Marlon Byrd Reveals Four-Team No-Trade Clause

1:12pm: Byrd has revealed to Jim Salisbury of CSNPhilly.com that he has a small, four-team no-trade clause which includes the Mariners, Royals, Blue Jays and Rays.

While that news doesn’t do any favors for Seattle’s chances of acquiring Byrd should their interest escalate, it doesn’t rule the possibility out entirely. Byrd explains to Salisbury that he signed a two-year deal with the Phillies for a reason — to retire in Philadelphia — but he would consider waiving his no-trade protection if the team asked him to do so for the future good of the club: “There would have to be a conversation with me, my agent and Ruben (Amaro Jr., the Phillies’ GM) if it gets to that point,” said Byrd.

Byrd adds that he included Toronto and Tampa on his list because of the artificial turf and the risk that poses to him as an aging player (especially one with a vesting option based on plate appearances). As for Seattle and Kansas City, he told Salisbury: “Those really are things that were just put on at the time being.”

11:18am: In search of a much-needed right-handed bat for their lineup, the Mariners have been scouting Marlon Byrd recently, reports ESPN’s Jerry Crasnick (on Twitter).

The connection is logical for the Mariners in many ways. Firstly, their outfielders have hit a combined .246/.291/.354 this season — good for the second-worst wRC+ mark in all of baseball. Seattle outfielders have hit just 16 homers this season — a collective total that ranks lower than every team in baseball, aside from the Royals and Red Sox (who had 14 each). Beyond that, just four of the Mariners’ 13 hitters are right-handed, with struggling catcher Mike Zunino and struggling DH/outfielder Corey Hart representing the team’s only right-handed power threats. The other two, backup catcher Jesus Sucre and utilityman Willie Bloomquist, are light hitters that don’t see regular at-bats. As such, Seattle has been one of baseball’s worst clubs against left-handed pitching, hitting just .248/.295/.349 as a team.

Byrd is in the first season of a two-year, $16MM contract signed with the Phillies this past offseason. While the commitment raised some eyebrows, Byrd has followed up an unexpectedly excellent season with the Mets and Pirates with a solid campaign in his return to Philadelphia. He’s hitting .261/.313/.481 with 18 homers and passable defense in right field (Ultimate Zone Rating feels he’s slightly below average, while Defensive Runs Saved thinks he’s been slightly above). Perhaps more importantly to Seattle, he’s mashing lefties to the tune of a .313/.353/.613 batting line, which would give the team some much-needed thump against opposing southpaws.

The main deterrent for teams interested in Byrd may be his contract. He’s owed a perfectly reasonable $3.5MM through season’s end before being guaranteed $8MM in 2015. That may not scare off potential suitors, but his deal also contains an $8MM club option for 2016 — Byrd’s age-38 season — which will automatically vests with 600 PA in 2015 or a combined 1100 PA from 2014-15.  That’s a very attainable number, and other teams may be skeptical that Byrd can maintain solid production into his late 30s.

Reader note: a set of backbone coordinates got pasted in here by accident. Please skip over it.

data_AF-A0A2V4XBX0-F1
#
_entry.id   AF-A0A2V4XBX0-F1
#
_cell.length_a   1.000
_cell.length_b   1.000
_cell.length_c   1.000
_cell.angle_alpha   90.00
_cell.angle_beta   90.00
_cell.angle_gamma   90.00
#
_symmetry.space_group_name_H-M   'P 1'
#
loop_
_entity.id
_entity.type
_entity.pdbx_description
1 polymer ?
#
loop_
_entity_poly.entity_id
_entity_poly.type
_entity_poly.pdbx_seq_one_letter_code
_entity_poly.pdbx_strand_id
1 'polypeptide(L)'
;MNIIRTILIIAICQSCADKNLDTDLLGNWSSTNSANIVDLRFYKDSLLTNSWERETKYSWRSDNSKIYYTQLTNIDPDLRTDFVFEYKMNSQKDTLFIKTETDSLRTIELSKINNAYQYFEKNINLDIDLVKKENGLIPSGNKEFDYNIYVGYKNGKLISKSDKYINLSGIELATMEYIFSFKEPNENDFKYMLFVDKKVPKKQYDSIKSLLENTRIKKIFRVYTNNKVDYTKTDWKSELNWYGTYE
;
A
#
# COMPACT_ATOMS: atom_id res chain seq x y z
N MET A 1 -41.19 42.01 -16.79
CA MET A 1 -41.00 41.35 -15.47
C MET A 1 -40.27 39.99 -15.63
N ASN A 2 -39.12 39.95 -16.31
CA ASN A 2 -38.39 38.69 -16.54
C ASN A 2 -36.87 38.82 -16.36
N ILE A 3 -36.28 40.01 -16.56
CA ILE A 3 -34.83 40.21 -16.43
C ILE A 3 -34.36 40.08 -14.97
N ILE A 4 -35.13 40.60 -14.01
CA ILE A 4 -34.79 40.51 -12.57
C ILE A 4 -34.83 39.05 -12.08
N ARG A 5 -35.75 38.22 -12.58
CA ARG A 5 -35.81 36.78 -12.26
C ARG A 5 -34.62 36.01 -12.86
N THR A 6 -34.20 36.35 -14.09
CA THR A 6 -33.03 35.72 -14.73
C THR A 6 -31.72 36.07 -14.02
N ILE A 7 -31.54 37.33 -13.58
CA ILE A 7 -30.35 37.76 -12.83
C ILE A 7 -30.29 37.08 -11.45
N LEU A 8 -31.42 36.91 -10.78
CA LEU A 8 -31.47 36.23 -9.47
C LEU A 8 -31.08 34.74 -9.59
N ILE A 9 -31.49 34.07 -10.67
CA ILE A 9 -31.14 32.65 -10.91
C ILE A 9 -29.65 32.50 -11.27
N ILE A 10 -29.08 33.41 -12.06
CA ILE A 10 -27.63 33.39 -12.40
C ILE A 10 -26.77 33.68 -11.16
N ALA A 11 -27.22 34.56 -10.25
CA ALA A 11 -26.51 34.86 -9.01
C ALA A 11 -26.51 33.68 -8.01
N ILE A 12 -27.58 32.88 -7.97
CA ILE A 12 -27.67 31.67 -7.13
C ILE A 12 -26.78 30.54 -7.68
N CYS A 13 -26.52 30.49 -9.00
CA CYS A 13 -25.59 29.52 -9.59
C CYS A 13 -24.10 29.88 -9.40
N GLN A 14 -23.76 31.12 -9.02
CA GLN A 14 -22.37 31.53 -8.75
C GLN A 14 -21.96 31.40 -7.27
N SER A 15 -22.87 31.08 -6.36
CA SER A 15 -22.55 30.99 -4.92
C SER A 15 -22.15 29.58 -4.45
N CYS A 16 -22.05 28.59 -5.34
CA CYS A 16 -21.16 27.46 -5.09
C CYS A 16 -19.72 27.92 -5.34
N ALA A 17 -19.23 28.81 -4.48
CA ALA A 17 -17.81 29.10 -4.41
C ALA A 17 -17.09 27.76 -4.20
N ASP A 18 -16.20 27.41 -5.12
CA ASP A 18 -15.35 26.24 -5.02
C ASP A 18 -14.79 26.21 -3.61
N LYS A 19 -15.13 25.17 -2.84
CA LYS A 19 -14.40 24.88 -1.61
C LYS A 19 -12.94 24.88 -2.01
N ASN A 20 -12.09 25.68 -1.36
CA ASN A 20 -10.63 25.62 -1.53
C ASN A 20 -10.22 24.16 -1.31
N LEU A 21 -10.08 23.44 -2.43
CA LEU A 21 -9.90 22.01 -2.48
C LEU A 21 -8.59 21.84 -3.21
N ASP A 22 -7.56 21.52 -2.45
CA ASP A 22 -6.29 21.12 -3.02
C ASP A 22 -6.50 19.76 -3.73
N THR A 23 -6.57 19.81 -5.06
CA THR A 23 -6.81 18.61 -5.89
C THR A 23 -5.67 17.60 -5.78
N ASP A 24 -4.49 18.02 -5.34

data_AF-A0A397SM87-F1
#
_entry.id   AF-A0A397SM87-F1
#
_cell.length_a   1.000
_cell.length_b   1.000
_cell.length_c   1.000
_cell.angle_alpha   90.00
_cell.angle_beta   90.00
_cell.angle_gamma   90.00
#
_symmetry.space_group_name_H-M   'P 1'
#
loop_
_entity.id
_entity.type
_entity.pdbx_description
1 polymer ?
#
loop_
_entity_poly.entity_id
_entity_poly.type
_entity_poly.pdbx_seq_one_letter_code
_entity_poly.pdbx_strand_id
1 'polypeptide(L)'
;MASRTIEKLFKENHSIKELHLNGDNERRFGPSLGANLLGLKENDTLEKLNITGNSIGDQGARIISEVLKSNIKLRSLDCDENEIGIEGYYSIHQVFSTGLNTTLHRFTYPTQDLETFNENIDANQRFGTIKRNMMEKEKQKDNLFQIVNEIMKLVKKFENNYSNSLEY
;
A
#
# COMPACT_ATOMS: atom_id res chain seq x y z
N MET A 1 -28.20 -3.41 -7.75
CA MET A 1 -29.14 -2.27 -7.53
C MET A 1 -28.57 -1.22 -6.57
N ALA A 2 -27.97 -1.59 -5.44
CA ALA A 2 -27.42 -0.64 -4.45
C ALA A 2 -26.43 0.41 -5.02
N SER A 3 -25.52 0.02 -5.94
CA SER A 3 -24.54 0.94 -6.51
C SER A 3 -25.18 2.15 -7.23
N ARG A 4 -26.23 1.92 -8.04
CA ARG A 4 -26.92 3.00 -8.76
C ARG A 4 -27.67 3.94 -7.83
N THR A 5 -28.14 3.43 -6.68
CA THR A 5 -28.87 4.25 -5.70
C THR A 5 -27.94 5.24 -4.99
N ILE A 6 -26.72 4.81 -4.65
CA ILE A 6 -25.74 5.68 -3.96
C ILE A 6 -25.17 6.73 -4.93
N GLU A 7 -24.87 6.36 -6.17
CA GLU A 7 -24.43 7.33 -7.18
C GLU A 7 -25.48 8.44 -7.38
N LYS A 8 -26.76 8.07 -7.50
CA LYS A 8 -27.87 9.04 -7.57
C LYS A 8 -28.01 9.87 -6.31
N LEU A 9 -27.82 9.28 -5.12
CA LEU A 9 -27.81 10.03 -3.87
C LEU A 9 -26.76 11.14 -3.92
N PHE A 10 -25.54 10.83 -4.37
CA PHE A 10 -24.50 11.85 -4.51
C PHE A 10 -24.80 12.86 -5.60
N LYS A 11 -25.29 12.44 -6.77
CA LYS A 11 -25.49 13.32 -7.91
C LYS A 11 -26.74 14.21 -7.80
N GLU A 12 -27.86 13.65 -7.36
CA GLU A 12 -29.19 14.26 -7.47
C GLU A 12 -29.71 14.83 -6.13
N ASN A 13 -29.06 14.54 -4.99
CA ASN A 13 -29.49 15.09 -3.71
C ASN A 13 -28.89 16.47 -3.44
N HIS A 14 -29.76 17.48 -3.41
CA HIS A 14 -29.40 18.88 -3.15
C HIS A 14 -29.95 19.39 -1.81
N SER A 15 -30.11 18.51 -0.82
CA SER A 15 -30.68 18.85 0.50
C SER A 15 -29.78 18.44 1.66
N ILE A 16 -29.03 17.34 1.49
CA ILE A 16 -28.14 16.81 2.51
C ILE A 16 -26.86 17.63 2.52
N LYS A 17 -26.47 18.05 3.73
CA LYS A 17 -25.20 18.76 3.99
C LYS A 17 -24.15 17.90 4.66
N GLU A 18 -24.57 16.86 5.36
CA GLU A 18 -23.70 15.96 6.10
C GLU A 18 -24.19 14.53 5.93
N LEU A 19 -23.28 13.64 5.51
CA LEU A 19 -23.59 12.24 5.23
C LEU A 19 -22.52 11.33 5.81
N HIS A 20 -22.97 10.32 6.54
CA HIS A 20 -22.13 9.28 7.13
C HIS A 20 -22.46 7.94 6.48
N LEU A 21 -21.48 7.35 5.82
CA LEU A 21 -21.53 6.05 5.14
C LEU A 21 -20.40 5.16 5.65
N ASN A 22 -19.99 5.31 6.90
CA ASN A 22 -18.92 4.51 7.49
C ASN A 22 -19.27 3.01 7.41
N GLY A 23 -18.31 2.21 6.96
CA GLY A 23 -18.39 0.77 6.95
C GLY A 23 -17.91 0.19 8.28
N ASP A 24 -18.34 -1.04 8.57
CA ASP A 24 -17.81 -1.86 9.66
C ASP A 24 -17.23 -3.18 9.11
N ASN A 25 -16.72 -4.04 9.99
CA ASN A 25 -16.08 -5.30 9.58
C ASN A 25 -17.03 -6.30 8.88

4 Responses to Marlon Byrd Reveals Four-Team No-Trade Clause Leave a Reply

  1. letsgogiants 12 months ago

    Why can’t it be both a joke and ironic? It’s a joke because it’s ironic.

    On the internet, you can’t always tell what the commenter is trying to get at with as little a statement as that. Not everyone here knows the complete history of a player’s background.

  2. gregg 12 months ago

    It’s tough to predict downward trends on power hitters in the post-steroid era. You look at what Howard did in 2011 which was a reduction from the 40+ homers in the previous years but you think 31 homers in the NL and take the chance by extending him. This is why Torii Hunter is so amazing to me. Yes his numbers especially OBP are down some but he is still solid. Last year he won a silver slugger award at age 37. Getting back to Amaro sometimes club resources such as money lead GM’s to think that this guy still has it.

  3. Baloo 12 months ago

    He also got Cliff Lee in trade for dirt, and got a solid CF in Ben Revere for literally nothing from the Twins. I think Amaro’s biggest mistakes were trading for and trading away Hunter Pence, outside of that I think he’s made the right moves to try to keep the club competive. Hard to do that when your biggest pieces and vets literally fall off of a cliff all at the same time. Howard is killing this team. There’s still no 3B, and Rollins is a clubhouse diva.

    The biggest problem for the Phillies has not been that they haven’t made the correct moves in FA, rather they haven’t been able to develop in-house talent, and what they have developed unfortunately was traded away (Many of which haven’t even panned out…Dom Brown,Singleton and Jarrod Cosart are the best of the bunch?)

  4. Jockinit 12 months ago

    I’ll take Ackley for Byrd. You’re looking too much into Ackley’s stats. Byrd isn’t our future, who knows if Ackley is.

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